Still, the $24 million spent on West Virginia Wheels does not include the millions that participants paid on 24-month leases — income many other programs don't have.

Most other programs pay for major repairs, though not for two years, as West Virginia Wheels promised.

In Maryland, Vehicles for Change provides a six-month warranty on cars it sells. New Hampshire's program provides much newer cars — some still have the manufacturer's warranty.

Also, low-income car program leaders were surprised by West Virginia's repossession rate. About one of every four Wheels participants had their car taken away, usually for missing payments.

By contrast, about one of 10 Vehicles for Change clients have their cars repossessed. Only 4 percent of New Hampshire Wheels participants default on car loans. No one has defaulted on the Seattle program's loans.

The out-of-state programs keep participants in cars through careful screening and financial management training.

The programs also tend to be much smaller than West Virginia's. One of the smallest, New Hampshire's program, gives away 25 cars a year. One of the largest, Vehicles for Change, provides about 400 cars annually.

Adams said it would be hard to operate any car program as big as West Virginia's.

"You're giving away cars to people who can't handle it," Adams said. "You're just looking at getting rid of the cars, not helping people."

Three years ago, the welfare rolls in West Virginia were cut dramatically, mostly because of tougher requirements.

As a result, state officials were sitting on a huge surplus of federal welfare money. If they didn't spend it quickly, they would have to return it.

West Virginia's welfare program tripled in size, almost overnight. State officials increased benefits and started new programs like Wheels-to-Work.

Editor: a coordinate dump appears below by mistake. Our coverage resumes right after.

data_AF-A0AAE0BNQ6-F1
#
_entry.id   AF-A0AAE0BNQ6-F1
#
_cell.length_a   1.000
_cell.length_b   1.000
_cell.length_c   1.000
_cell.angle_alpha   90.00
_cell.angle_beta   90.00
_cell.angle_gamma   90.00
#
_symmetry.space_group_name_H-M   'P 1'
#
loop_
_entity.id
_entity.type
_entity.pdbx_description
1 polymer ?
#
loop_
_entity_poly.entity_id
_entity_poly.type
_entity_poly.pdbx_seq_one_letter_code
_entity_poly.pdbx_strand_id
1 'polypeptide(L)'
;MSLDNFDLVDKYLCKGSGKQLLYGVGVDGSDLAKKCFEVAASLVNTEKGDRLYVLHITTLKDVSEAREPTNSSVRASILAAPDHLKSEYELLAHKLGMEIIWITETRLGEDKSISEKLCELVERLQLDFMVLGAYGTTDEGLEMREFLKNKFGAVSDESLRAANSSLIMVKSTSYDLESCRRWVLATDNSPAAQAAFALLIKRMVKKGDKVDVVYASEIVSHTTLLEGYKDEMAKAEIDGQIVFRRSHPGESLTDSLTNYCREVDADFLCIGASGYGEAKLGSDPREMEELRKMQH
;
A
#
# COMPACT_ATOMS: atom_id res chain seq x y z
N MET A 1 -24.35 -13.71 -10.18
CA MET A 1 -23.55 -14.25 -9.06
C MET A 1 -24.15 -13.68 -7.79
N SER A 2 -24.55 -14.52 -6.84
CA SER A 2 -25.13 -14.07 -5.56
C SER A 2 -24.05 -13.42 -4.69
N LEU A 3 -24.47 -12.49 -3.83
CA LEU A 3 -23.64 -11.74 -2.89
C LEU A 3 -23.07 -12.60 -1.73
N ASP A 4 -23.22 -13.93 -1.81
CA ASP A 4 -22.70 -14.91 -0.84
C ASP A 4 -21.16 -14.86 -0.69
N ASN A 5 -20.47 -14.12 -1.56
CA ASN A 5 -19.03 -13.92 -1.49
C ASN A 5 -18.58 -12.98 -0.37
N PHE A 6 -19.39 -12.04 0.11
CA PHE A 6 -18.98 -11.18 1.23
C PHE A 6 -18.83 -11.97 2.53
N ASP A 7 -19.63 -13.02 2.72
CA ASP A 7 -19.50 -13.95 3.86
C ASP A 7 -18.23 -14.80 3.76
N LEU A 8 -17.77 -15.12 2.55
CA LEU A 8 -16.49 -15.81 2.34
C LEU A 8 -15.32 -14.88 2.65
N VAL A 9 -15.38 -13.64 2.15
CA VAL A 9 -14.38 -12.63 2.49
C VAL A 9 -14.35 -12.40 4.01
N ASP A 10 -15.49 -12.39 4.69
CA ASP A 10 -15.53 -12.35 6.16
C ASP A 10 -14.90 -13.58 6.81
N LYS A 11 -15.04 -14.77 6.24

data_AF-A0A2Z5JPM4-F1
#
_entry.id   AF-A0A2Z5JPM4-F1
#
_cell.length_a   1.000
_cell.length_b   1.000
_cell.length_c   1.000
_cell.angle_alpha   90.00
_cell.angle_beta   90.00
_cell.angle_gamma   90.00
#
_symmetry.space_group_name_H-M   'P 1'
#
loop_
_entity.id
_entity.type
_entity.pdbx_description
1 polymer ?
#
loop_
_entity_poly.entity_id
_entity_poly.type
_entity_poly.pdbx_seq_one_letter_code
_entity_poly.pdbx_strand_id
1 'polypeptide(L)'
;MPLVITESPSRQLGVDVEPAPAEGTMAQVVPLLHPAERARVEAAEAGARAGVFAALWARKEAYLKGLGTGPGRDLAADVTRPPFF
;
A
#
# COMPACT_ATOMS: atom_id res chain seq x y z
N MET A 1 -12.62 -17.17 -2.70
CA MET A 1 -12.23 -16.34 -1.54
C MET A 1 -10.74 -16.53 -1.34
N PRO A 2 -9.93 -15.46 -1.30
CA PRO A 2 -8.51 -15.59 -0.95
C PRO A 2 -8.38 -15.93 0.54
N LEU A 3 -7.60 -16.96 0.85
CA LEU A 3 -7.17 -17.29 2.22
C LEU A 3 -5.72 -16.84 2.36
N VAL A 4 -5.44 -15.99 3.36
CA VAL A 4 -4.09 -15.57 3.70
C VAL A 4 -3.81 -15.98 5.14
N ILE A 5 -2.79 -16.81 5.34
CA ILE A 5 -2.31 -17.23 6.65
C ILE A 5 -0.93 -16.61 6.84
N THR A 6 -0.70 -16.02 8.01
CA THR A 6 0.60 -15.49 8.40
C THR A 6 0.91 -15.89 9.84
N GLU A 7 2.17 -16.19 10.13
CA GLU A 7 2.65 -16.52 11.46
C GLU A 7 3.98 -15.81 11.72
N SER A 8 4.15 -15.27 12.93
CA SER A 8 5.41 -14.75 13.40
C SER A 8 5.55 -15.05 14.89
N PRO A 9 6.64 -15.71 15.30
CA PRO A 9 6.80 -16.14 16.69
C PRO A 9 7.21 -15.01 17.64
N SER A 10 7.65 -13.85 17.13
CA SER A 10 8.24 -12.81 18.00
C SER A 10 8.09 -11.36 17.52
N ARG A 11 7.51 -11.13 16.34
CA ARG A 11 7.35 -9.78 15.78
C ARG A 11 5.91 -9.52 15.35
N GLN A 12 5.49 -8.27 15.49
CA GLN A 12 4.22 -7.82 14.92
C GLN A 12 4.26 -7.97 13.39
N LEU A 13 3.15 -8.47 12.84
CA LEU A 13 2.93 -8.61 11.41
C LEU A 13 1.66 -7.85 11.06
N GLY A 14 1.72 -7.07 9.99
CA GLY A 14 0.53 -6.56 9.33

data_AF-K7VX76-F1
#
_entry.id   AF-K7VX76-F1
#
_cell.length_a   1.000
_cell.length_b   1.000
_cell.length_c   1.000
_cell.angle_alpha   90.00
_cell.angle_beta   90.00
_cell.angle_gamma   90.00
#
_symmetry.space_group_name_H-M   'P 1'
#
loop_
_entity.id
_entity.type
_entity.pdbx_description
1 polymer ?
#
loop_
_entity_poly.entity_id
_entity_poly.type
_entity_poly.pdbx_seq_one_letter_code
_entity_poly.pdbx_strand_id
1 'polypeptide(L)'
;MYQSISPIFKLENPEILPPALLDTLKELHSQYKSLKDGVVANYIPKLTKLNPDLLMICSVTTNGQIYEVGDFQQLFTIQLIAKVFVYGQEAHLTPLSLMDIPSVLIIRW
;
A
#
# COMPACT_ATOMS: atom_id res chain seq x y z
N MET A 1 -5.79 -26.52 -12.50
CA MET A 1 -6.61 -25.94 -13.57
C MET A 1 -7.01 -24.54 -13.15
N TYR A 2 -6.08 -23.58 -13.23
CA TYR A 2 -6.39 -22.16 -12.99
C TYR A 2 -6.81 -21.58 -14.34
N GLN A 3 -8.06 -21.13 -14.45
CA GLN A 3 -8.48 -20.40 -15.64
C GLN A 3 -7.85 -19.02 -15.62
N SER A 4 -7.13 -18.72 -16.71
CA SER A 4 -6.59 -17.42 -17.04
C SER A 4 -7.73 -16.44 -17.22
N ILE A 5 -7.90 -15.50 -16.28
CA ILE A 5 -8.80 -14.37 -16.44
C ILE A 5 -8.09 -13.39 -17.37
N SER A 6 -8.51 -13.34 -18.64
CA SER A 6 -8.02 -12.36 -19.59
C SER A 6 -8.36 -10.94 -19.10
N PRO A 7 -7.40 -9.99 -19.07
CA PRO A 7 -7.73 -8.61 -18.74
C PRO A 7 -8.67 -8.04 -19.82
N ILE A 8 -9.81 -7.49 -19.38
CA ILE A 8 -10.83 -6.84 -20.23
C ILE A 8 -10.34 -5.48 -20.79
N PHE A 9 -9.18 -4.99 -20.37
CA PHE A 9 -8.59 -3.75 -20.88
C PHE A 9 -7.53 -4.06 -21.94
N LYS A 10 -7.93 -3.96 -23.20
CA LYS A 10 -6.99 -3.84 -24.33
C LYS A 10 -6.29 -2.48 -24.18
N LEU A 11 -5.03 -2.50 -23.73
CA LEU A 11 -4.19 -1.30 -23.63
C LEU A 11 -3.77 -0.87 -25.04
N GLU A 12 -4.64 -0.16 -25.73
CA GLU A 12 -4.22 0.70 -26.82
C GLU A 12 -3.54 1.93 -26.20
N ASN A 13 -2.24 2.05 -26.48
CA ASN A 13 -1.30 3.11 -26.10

If welfare car programs are drawn up too quickly, it's a recipe for problems, Crane said.

Crane's group spent two years designing their program. The planning included two public hearings, meetings with employment, education and welfare experts, and a study of different Wheels-to-Work programs nationwide.

West Virginia officials quietly decided to scrap the Wheels-to-Work program last summer and replace it with a scaled-down donated car program.

Human Resources Development Foundation won the $1 million grant, despite its history with the failed lease program.

Now, two months into the new program, Foundation officials say bad publicity is keeping them from getting the car donations they need. As of last week, the agency hadn't distributed any of the 60 cars it promised by the end of December, according to a Foundation Director Homer Kincaid.

Schwartz said if state officials continue having trouble, they should call him.

"For $1 million, I'll do 500 cars for them," he said.

To contact staff writers Scott Finn and Eric Eyre, use e-mail or call 357-4323.